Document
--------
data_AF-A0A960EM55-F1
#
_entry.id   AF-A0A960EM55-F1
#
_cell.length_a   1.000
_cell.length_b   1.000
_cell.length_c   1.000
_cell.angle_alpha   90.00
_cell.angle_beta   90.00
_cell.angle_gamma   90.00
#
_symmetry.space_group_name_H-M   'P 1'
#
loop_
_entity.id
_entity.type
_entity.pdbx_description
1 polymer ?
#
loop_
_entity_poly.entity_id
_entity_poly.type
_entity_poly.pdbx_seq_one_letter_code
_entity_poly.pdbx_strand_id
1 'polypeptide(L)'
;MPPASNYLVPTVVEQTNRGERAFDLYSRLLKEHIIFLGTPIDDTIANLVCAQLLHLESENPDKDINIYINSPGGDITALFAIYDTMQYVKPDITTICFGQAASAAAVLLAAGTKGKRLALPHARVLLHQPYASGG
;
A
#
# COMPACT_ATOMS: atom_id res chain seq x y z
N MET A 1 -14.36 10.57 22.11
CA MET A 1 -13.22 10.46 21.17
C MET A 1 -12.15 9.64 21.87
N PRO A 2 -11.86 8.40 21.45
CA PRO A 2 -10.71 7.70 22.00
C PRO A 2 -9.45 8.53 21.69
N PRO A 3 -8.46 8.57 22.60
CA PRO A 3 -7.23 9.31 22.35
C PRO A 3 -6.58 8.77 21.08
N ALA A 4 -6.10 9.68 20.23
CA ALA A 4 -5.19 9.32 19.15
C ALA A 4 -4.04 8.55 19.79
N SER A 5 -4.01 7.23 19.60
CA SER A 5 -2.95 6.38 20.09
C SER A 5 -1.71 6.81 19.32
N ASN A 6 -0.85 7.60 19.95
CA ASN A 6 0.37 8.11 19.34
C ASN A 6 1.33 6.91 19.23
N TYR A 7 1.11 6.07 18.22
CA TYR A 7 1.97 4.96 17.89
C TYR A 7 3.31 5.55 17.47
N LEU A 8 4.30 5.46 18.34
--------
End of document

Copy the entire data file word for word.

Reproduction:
data_AF-A0A960EM55-F1
#
_entry.id   AF-A0A960EM55-F1
#
_cell.length_a   1.000
_cell.length_b   1.000
_cell.length_c   1.000
_cell.angle_alpha   90.00
_cell.angle_beta   90.00
_cell.angle_gamma   90.00
#
_symmetry.space_group_name_H-M   'P 1'
#
loop_
_entity.id
_entity.type
_entity.pdbx_description
1 polymer ?
#
loop_
_entity_poly.entity_id
_entity_poly.type
_entity_poly.pdbx_seq_one_letter_code
_entity_poly.pdbx_strand_id
1 'polypeptide(L)'
;MPPASNYLVPTVVEQTNRGERAFDLYSRLLKEHIIFLGTPIDDTIANLVCAQLLHLESENPDKDINIYINSPGGDITALFAIYDTMQYVKPDITTICFGQAASAAAVLLAAGTKGKRLALPHARVLLHQPYASGG
;
A
#
# COMPACT_ATOMS: atom_id res chain seq x y z
N MET A 1 -14.36 10.57 22.11
CA MET A 1 -13.22 10.46 21.17
C MET A 1 -12.15 9.64 21.87
N PRO A 2 -11.86 8.40 21.45
CA PRO A 2 -10.71 7.70 22.00
C PRO A 2 -9.45 8.53 21.69
N PRO A 3 -8.46 8.57 22.60
CA PRO A 3 -7.23 9.31 22.35
C PRO A 3 -6.58 8.77 21.08
N ALA A 4 -6.10 9.68 20.23
CA ALA A 4 -5.19 9.32 19.15
C ALA A 4 -4.04 8.55 19.79
N SER A 5 -4.01 7.23 19.60
CA SER A 5 -2.95 6.38 20.09
C SER A 5 -1.71 6.81 19.32
N ASN A 6 -0.85 7.60 19.95
CA ASN A 6 0.37 8.11 19.34
C ASN A 6 1.33 6.91 19.23
N TYR A 7 1.11 6.07 18.22
CA TYR A 7 1.97 4.96 17.89
C TYR A 7 3.31 5.55 17.47
N LEU A 8 4.30 5.46 18.34